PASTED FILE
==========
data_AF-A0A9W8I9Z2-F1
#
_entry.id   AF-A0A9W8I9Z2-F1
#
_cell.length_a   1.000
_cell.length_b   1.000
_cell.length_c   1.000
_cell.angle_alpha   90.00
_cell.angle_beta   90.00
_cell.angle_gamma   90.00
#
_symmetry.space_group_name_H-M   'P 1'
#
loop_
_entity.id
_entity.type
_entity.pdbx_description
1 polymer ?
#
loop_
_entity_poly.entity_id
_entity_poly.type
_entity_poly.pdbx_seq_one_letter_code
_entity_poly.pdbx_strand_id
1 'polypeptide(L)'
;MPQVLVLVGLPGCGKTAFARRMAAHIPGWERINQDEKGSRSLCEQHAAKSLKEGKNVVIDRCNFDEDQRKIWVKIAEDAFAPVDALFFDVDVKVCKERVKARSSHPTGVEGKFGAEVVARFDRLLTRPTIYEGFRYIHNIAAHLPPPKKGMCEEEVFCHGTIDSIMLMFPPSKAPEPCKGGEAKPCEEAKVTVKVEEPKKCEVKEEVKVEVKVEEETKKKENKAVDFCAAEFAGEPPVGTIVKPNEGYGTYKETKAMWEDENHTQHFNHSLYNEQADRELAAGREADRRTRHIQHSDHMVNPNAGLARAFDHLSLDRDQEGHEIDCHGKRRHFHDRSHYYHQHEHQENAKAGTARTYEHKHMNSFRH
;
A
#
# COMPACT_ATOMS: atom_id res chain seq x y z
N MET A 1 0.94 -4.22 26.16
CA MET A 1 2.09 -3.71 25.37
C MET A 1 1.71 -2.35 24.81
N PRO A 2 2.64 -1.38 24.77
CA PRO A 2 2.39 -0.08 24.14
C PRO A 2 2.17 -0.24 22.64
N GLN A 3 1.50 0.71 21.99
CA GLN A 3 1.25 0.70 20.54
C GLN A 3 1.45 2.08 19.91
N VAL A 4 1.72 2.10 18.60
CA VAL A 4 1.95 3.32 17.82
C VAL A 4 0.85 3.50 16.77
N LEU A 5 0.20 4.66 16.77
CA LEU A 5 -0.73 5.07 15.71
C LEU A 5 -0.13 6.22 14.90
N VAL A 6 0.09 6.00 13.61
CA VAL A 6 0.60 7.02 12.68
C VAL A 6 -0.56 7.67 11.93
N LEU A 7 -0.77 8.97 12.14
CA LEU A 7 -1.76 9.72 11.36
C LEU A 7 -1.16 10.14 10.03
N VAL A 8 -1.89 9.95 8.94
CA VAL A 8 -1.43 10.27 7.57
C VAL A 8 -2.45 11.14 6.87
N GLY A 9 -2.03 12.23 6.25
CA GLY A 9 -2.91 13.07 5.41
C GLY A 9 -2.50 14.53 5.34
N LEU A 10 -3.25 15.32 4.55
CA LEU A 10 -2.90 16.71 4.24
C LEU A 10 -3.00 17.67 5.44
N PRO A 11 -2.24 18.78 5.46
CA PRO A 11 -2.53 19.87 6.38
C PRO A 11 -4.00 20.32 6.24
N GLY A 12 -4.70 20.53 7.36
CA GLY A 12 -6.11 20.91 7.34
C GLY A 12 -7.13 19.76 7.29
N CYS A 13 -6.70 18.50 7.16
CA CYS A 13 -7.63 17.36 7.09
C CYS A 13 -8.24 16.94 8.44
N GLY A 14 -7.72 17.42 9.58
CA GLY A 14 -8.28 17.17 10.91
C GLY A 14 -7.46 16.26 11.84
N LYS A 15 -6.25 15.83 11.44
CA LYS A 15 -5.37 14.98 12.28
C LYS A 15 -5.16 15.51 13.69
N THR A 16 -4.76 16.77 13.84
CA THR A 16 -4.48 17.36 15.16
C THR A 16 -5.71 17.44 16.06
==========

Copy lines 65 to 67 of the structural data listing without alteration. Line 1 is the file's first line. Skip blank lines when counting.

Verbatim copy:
CA GLY A 12 -6.11 20.91 7.34
C GLY A 12 -7.13 19.76 7.29
N CYS A 13 -6.70 18.50 7.16